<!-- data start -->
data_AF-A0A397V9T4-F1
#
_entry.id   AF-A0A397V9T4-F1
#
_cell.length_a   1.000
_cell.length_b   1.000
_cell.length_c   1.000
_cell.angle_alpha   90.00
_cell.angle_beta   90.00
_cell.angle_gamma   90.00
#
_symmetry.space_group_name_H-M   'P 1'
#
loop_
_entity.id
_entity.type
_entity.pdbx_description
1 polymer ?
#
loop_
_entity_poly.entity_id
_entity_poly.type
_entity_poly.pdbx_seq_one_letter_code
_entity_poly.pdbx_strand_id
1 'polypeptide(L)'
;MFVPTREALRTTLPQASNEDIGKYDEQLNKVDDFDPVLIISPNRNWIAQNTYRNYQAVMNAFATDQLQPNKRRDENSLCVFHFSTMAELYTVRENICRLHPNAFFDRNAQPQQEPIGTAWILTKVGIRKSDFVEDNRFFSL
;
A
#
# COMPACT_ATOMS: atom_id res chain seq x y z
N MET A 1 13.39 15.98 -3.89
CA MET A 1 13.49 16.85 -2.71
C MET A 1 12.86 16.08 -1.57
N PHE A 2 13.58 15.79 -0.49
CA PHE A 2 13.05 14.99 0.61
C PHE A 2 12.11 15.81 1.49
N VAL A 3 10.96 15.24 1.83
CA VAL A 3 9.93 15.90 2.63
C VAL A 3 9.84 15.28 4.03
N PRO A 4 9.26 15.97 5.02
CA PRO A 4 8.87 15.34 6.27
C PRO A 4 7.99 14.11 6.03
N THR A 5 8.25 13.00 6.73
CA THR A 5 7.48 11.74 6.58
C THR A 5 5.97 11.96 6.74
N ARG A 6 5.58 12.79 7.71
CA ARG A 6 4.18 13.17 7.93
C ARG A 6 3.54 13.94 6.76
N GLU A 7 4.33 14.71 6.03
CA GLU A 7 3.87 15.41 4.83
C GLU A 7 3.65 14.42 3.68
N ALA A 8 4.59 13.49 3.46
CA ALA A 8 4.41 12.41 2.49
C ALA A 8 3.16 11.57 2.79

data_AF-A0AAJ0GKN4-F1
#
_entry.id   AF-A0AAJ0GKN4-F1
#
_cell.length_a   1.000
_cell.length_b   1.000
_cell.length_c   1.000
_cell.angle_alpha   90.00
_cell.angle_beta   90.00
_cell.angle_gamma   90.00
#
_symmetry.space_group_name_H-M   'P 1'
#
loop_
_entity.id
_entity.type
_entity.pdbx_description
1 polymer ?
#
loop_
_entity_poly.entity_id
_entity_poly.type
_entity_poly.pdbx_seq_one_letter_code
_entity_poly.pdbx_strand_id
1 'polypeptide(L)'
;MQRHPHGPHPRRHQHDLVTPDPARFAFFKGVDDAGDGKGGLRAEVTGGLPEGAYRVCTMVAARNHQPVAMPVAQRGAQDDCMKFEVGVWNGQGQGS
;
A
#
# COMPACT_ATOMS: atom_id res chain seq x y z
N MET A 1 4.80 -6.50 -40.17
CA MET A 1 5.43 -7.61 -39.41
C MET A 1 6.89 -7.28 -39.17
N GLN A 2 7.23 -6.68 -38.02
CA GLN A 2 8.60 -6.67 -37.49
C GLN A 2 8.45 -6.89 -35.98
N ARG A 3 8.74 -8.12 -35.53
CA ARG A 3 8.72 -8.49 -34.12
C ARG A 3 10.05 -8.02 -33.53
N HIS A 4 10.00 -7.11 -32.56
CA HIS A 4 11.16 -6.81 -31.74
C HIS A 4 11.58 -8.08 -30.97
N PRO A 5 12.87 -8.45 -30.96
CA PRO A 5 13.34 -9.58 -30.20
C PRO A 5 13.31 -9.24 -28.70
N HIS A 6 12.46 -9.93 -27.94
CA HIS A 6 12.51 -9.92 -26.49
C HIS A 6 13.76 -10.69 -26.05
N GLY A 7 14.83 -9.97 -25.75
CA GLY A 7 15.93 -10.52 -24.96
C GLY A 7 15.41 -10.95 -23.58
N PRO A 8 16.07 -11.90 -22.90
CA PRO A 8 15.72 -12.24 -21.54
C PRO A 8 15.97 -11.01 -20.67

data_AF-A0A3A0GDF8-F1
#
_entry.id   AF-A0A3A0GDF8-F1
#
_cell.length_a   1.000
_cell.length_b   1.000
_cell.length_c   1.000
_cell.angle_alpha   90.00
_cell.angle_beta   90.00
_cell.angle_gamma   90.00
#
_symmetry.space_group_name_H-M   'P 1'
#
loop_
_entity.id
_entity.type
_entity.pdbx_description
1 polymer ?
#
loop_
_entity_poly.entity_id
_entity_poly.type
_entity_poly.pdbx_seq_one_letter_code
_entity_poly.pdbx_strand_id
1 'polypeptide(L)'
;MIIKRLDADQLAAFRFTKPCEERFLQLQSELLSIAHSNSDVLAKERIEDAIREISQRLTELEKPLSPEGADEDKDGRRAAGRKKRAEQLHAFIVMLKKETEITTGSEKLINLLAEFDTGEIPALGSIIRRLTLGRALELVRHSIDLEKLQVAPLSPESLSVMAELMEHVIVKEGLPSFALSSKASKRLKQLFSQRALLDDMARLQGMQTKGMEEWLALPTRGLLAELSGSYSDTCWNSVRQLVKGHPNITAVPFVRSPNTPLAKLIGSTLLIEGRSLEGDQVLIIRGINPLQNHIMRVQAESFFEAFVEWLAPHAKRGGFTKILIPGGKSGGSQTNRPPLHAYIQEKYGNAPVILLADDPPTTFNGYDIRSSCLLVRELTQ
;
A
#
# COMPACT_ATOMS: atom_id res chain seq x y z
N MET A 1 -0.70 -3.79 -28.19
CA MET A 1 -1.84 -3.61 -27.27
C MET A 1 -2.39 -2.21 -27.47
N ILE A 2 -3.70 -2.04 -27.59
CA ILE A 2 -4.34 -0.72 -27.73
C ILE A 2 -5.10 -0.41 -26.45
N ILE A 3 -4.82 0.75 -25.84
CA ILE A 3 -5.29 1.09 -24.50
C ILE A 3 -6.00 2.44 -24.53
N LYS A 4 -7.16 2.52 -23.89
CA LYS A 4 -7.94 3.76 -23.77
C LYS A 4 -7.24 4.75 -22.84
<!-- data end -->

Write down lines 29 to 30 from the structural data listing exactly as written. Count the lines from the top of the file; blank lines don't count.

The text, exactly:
#
# COMPACT_ATOMS: atom_id res chain seq x y z